Nigel Farage, Britain’s Donald Trump character, is by far the most significant man in British politics. In just a few weeks he has gathered huge political momentum. In tomorrow’s European Parliament elections he appears likely to score more votes than Labour and the Conservatives combined. Farage stood up against the entire political establishment, including the media and the commercial elites and has promised to change British politics once and for all. So far, it seems he is winning on all fronts.
How it is that once again a Right wing populist has won the minds and hearts of working people? How is it possible that Jeremy Corbyn, who was perceived by many of us as the greatest hope in Western politics, has managed, in less than three years, to make himself an irrelevant passing phase? How is it possible that the Right consistently wins when the conditions exist for a textbook socialist revolution?
Unlike political commentators, my explanation for this reoccurring political phenomenon is of a metaphysical nature.
The Left’s vision of temporality is a linear structure of historical progress that proceeds from ‘a past’ to ‘a future.’ Left ideology is structured around an ever progressing time line. The Left always promises to make things better in the future, to fight austerity, to care for the many not the few, to bring about equality and tolerance, etc. None of this is happening at present. This leaves the Left as a promise that is supposed to fulfill itself in an imaginary ‘tomorrow.’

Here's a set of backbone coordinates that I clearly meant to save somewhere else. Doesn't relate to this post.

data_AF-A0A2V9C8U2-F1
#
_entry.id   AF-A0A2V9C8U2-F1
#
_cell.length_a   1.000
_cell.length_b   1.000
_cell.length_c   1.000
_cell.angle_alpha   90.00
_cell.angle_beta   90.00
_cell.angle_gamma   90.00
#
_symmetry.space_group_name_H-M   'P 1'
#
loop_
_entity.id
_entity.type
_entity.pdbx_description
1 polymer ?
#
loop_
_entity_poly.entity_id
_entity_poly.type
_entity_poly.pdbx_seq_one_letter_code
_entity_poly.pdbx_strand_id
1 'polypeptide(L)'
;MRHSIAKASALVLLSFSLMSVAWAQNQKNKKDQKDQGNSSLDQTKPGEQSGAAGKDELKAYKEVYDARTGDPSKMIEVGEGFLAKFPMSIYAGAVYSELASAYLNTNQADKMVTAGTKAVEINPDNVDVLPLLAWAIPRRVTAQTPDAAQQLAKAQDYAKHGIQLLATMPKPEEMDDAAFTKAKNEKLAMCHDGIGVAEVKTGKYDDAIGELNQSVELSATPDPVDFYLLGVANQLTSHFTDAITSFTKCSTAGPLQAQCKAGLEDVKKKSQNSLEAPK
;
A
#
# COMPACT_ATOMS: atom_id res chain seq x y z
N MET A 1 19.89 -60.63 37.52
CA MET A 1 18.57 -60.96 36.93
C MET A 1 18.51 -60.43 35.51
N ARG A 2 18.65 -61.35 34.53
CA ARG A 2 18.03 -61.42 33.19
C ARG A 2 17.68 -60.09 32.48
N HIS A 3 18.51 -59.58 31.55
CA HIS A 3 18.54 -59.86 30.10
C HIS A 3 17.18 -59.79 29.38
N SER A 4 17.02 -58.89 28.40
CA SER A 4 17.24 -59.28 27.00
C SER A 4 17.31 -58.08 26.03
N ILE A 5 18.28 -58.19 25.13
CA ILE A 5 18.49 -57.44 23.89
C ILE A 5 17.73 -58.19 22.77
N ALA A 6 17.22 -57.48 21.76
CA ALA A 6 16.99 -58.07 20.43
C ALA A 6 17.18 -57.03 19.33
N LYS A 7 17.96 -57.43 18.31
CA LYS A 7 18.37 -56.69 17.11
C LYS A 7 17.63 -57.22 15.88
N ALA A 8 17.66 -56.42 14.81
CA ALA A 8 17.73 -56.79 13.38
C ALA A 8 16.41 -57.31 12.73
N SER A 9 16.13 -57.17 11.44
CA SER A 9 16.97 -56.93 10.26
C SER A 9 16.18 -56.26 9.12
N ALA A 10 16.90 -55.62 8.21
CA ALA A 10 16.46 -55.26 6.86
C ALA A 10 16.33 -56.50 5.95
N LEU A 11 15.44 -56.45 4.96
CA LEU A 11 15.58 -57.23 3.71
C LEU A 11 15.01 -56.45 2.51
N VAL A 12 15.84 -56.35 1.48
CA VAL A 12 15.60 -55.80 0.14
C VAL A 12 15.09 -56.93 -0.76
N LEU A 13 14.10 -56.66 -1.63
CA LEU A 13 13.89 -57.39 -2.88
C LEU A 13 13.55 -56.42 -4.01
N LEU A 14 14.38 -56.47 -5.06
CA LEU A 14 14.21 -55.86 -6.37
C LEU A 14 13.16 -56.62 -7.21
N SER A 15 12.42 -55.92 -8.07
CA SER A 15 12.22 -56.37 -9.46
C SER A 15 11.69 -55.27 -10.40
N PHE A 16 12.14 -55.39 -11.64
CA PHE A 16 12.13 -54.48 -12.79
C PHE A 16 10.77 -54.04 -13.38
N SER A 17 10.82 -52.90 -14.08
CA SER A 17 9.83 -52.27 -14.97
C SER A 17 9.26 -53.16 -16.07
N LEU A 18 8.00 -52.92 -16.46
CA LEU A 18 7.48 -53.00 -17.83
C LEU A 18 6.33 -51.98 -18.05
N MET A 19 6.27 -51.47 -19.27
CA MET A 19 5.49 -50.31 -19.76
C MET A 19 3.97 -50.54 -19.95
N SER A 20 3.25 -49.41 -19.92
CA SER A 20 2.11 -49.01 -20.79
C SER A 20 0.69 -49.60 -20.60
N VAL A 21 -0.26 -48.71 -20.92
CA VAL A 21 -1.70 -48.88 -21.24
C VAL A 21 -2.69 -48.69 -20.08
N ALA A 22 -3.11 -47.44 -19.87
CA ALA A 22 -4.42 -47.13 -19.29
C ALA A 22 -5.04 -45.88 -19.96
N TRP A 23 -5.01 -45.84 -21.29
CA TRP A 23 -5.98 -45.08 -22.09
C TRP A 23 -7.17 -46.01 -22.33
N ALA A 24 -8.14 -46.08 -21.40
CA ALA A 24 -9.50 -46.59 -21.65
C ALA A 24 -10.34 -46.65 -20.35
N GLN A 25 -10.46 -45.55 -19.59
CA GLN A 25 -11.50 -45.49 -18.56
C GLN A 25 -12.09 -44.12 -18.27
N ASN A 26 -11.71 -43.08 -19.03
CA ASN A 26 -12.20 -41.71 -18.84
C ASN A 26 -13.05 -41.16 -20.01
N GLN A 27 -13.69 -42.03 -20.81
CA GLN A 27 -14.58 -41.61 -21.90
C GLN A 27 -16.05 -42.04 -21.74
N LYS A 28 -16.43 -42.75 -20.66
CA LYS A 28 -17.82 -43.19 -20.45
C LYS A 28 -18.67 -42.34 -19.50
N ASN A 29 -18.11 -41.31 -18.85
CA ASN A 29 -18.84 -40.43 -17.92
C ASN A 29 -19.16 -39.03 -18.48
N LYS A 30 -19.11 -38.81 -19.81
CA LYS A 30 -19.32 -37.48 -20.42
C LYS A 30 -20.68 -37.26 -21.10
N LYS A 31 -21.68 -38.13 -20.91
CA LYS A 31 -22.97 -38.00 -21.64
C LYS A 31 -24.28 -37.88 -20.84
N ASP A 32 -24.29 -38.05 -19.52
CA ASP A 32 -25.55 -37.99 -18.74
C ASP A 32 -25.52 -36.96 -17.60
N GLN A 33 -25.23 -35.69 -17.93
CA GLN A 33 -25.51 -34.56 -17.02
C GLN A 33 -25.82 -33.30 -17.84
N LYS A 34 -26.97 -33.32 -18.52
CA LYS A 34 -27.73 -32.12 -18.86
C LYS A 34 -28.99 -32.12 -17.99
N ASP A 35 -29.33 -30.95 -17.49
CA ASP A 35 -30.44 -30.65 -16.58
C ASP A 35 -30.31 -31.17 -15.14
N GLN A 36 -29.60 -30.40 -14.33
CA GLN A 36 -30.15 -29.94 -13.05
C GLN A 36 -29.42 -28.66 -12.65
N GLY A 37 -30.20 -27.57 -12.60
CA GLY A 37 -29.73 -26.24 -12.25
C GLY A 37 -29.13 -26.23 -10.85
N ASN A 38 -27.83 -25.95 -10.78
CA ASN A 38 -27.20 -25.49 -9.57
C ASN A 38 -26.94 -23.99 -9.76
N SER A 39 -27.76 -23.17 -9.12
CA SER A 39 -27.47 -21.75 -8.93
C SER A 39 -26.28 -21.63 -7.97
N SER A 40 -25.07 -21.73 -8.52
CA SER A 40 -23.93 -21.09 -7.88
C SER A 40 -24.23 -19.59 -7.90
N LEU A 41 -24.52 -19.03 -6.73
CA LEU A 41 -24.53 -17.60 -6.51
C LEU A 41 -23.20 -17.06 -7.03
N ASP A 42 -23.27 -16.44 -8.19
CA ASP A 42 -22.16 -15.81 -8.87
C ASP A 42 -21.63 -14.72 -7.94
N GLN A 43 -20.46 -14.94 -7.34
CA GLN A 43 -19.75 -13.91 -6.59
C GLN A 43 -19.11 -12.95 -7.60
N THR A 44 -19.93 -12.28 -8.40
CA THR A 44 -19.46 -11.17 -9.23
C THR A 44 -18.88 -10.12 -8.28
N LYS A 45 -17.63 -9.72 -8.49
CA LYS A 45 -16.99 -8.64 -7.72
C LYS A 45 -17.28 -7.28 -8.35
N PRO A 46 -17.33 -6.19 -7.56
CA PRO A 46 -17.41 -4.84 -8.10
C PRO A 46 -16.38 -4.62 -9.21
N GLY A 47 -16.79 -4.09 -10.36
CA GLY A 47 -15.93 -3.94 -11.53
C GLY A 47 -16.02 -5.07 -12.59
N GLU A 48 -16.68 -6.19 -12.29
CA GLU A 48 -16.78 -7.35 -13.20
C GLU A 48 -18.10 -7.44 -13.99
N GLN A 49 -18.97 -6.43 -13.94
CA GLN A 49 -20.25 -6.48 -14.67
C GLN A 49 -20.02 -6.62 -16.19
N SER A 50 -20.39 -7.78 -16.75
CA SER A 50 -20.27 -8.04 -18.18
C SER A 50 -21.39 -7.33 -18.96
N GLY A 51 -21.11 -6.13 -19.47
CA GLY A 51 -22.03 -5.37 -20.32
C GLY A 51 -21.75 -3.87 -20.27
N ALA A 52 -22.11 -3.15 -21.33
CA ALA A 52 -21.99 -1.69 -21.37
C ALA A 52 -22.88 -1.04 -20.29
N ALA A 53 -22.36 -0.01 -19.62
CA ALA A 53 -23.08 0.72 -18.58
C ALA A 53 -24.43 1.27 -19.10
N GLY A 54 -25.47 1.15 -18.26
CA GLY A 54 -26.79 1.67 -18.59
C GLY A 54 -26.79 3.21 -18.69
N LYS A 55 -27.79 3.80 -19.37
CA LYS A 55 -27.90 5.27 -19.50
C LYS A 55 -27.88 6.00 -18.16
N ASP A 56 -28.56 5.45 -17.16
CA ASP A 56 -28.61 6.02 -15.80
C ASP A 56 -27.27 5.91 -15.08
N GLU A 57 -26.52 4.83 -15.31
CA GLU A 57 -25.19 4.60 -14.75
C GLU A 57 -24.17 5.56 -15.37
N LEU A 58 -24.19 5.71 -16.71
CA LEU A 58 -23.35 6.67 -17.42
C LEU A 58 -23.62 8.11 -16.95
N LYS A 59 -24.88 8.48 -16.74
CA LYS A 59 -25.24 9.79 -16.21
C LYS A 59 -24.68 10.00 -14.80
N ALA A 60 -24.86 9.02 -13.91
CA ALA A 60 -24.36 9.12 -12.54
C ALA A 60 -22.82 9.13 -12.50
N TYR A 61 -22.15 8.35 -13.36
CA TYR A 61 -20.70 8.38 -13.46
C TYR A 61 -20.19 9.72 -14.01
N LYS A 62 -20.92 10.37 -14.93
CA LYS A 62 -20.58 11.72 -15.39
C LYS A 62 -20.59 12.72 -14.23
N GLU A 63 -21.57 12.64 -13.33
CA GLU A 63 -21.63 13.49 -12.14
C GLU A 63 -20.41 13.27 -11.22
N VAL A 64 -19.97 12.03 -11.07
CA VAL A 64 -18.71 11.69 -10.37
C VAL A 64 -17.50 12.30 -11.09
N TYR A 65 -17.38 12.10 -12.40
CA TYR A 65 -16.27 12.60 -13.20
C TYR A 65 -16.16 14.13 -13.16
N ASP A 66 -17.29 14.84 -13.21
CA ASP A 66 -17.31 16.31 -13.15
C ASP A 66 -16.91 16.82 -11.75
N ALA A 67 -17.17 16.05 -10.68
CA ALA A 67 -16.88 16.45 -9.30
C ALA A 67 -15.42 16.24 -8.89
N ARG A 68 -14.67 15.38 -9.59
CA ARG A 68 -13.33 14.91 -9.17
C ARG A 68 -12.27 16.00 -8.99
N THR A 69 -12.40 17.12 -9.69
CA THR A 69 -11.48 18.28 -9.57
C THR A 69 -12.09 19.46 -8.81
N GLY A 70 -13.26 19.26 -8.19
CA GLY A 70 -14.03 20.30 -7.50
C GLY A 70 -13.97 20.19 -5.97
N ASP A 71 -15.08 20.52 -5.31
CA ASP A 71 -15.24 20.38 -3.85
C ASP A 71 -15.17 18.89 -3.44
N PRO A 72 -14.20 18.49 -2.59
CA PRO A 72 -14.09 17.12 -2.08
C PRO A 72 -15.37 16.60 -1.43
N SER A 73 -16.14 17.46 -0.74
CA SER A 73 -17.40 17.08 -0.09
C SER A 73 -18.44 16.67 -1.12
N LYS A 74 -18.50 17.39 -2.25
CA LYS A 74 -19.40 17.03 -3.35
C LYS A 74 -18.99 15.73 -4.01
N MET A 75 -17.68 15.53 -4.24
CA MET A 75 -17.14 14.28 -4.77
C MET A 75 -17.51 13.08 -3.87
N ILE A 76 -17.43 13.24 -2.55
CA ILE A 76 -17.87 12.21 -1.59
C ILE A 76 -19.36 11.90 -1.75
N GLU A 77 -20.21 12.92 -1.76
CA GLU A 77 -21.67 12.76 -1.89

But this is not how the Right’s political argument is structured. In fact the Right and Fascist argument is far more sophisticated from a metaphysical perspective. In my recent book, Being in Time, I contend that the Right ideologist understands that for the working class, utopia is ‘nostalgia.’
Trump won his voters’ trust by promising to make America great again. He vowed to plant the past in the future, reversing the time line. He promised to march America backward. Nigel Farage is using the same tactic, appealing to the same sentiments. He promises to make Britain a kingdom again not just a corner island in a dysfunctional globalist setting, a.k.a the EU. Farage is riding on the longing for a better past. Corbyn was a political star only because he is a nostalgic character, an old lefty. For a time, he also reversed the time line, but neither he nor any of his advisers were clever enough to grasp the secret behind the ‘Corbyn revolution’. They let a magical moment of popularity evaporate. Corbyn has become a cliché. His approval rating is 25%, not exactly promising for a candidate for prime minister.
Within the context of Left thinking, past, present and future are chronological, set to follow each other in consecutive order. Within Right wing philosophy, time’s tenses change positions irregularly. Trump and Farage put the ‘past’ in the future. They promise to march us back. They appeal to the masses because the human spirit, in its search for unity, transcends linear chronology. The Right wing ideologist capitalises on the human search for essence, for a logos and for transparency. In this regard, humans are historical creatures. They are capable of seeing the future in the past and vice versa.
Can the Left, in its current from, win the trust of the people? I think it is unlikely. The Left, as I describe it above, is removed from the human spirit. It is in a state of detachment. For ethics, equality and tolerance to prevail, we need a profound study of the human spirit not lame discussions of dialectical materialism.
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To learn more about the Post Political condition read Being in Time-a post political manifesto